Last updated: 28 November 2016
We have now responded to the Department for Business Innovation and Skills consultation which sought views on ways to improve consumer choice, including improving advice...More details
The Department of Business Innovation and Skills (BIS) have published a consultation: Improving the consumer landscape and quicker switching: call for evidence . They are...More details
At a glance
- Mortgages have existed for centuries, but started to become a mainstream product with the emergence of building societies in the 1840s. By the middle of the twentieth century, they had become a mass market product as home-ownership increased dramatically.
- Building societies and banks have always been closely regulated. It was not until 2004 that mortgages as a product became subject to statutory regulation. At this time, the former Financial Services Authority (now the Financial Conduct Authority) implemented the regime for regulating mortgages to homeowners which had been established under the Financial Services and Markets Act 2000.
- Between 1997 and 2004 the CML Mortgage Code existed as a voluntary system of regulation. Overseen by the independent Mortgage Code Compliance Board, it applied to both lenders and intermediaries. Its principles helped shape the later statutory framework.
- Today, there are two parts to mortgage regulation:
- Conduct regulation, administered via the Financial Conduct Authority (FCA) Mortgage Conduct of Business (MCOB) rules. These were overhauled significantly in 2014 as a result of the FCA Mortgage Market Review (MMR).
- Prudential regulation, which determines the level of capital that lenders need to hold to offset their lending risks and mitigate the risk of instability in the wider financial system. This is overseen by the Prudential Regulation Authority (PRA), part of the Bank of England, for deposit-taking firms; and by the FCA for firms that do not take deposits.
- In addition to the regulation of individual lenders by both the Prudential Regulatory Authority (PRA) and the Financial Conduct Authority (FCA), lenders have to have regard to additional macro-prudential regulation in the form of directions and recommendations made by the Financial Policy Committee (FPC).
- Parliament approved regulations granting powers of direction for the FPC over housing tools and specifically limits on residential mortgage lending by reference to loan-to-value (LTV) and Debt-to Income (DTI) ratios on 25 March 2015. The measures came into force on 6 April 2015.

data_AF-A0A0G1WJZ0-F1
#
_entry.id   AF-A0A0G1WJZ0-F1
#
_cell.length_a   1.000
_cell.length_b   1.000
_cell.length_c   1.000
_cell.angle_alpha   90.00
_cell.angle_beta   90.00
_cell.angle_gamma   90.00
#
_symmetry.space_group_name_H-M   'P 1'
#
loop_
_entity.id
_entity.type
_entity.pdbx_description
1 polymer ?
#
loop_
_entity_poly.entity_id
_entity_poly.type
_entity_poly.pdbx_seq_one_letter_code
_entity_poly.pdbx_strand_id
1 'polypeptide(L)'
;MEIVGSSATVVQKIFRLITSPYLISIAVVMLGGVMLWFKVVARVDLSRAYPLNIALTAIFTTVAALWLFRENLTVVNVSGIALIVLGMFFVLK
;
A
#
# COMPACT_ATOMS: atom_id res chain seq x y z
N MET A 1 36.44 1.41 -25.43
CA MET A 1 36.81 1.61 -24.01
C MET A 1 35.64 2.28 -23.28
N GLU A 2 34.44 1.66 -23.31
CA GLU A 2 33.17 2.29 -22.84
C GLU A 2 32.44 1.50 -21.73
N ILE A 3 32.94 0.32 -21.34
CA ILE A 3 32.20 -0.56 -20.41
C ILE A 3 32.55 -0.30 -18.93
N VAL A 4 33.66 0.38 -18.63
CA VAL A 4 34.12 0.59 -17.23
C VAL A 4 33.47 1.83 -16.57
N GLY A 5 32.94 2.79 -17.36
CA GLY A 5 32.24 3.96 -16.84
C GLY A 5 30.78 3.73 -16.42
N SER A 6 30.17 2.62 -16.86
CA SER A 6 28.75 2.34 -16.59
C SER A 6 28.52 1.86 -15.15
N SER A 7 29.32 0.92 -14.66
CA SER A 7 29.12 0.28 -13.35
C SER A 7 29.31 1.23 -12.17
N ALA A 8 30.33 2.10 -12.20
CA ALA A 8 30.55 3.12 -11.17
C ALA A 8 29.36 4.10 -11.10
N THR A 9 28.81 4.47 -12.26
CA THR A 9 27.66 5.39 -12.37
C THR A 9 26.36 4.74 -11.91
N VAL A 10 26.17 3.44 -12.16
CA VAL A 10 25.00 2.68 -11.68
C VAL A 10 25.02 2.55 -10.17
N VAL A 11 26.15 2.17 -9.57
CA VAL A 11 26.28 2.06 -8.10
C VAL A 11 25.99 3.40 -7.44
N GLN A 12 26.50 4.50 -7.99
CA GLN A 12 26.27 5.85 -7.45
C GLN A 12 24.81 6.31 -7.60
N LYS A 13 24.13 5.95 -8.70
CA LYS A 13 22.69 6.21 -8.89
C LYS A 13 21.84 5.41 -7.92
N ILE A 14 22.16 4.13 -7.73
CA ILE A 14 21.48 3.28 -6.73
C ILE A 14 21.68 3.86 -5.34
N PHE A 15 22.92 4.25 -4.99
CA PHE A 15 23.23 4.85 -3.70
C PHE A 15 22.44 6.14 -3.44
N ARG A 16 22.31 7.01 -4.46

- In terms of conduct regulation, different requirements apply depending on whether the mortgage is secured on the borrower's own home, or on an investment property through a buy-to-let mortgage. All home-owner mortgages are regulated by the FCA, but most buy-to-let mortgages are not. Lifetime mortgages, such as equity release to older borrowers also have their own FCA rules.
- The most recent major regulatory development is the European Mortgage Credit Directive and Consumer buy-to-let, which affect the rules that apply in the UK. The FCA has made some changes to regulation that came into force on 21 March 2016 to ensure that UK regulation fully complies with it.
We have now responded to the Department for Business Innovation and Skills consultation which sought views on ways to improve consumer choice, including improving advice and representation and making switching suppliers faster. In our response, we noted the complexity of the mortgage switching process. The amounts involved are normally quite large and making the wrong decision could be very expensive for consumers so we contend that a simple seven day switching target would not be in the best interests of consumers or lenders.
View the full response on our policy consultation response page.